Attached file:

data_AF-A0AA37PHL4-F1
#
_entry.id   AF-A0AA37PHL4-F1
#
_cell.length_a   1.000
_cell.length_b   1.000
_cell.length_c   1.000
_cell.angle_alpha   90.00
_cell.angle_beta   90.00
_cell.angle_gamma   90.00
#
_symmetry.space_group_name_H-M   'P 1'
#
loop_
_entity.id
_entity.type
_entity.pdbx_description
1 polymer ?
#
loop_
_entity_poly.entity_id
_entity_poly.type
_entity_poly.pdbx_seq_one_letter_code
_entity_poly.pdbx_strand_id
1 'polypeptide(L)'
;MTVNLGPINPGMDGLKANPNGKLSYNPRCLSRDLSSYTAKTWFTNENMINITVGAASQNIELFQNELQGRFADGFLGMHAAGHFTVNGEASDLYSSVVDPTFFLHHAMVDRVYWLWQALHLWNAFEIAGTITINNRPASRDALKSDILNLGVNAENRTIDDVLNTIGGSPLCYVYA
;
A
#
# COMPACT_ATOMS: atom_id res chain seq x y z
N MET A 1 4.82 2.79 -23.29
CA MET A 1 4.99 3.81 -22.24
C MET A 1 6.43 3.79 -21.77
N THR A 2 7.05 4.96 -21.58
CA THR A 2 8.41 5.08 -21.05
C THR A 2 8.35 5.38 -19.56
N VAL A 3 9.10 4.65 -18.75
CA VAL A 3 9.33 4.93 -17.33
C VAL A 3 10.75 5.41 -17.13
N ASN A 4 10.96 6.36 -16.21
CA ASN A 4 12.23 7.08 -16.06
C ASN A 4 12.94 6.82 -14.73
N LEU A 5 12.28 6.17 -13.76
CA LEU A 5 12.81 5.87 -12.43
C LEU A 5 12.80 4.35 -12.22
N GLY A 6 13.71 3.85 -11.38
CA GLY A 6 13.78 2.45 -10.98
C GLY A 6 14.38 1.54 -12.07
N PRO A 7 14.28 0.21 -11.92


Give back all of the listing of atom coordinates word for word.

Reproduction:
data_AF-A0AA37PHL4-F1
#
_entry.id   AF-A0AA37PHL4-F1
#
_cell.length_a   1.000
_cell.length_b   1.000
_cell.length_c   1.000
_cell.angle_alpha   90.00
_cell.angle_beta   90.00
_cell.angle_gamma   90.00
#
_symmetry.space_group_name_H-M   'P 1'
#
loop_
_entity.id
_entity.type
_entity.pdbx_description
1 polymer ?
#
loop_
_entity_poly.entity_id
_entity_poly.type
_entity_poly.pdbx_seq_one_letter_code
_entity_poly.pdbx_strand_id
1 'polypeptide(L)'
;MTVNLGPINPGMDGLKANPNGKLSYNPRCLSRDLSSYTAKTWFTNENMINITVGAASQNIELFQNELQGRFADGFLGMHAAGHFTVNGEASDLYSSVVDPTFFLHHAMVDRVYWLWQALHLWNAFEIAGTITINNRPASRDALKSDILNLGVNAENRTIDDVLNTIGGSPLCYVYA
;
A
#
# COMPACT_ATOMS: atom_id res chain seq x y z
N MET A 1 4.82 2.79 -23.29
CA MET A 1 4.99 3.81 -22.24
C MET A 1 6.43 3.79 -21.77
N THR A 2 7.05 4.96 -21.58
CA THR A 2 8.41 5.08 -21.05
C THR A 2 8.35 5.38 -19.56
N VAL A 3 9.10 4.65 -18.75
CA VAL A 3 9.33 4.93 -17.33
C VAL A 3 10.75 5.41 -17.13
N ASN A 4 10.96 6.36 -16.21
CA ASN A 4 12.23 7.08 -16.06
C ASN A 4 12.94 6.82 -14.73
N LEU A 5 12.28 6.17 -13.76
CA LEU A 5 12.81 5.87 -12.43
C LEU A 5 12.80 4.35 -12.22
N GLY A 6 13.71 3.85 -11.38
CA GLY A 6 13.78 2.45 -10.98
C GLY A 6 14.38 1.54 -12.07
N PRO A 7 14.28 0.21 -11.92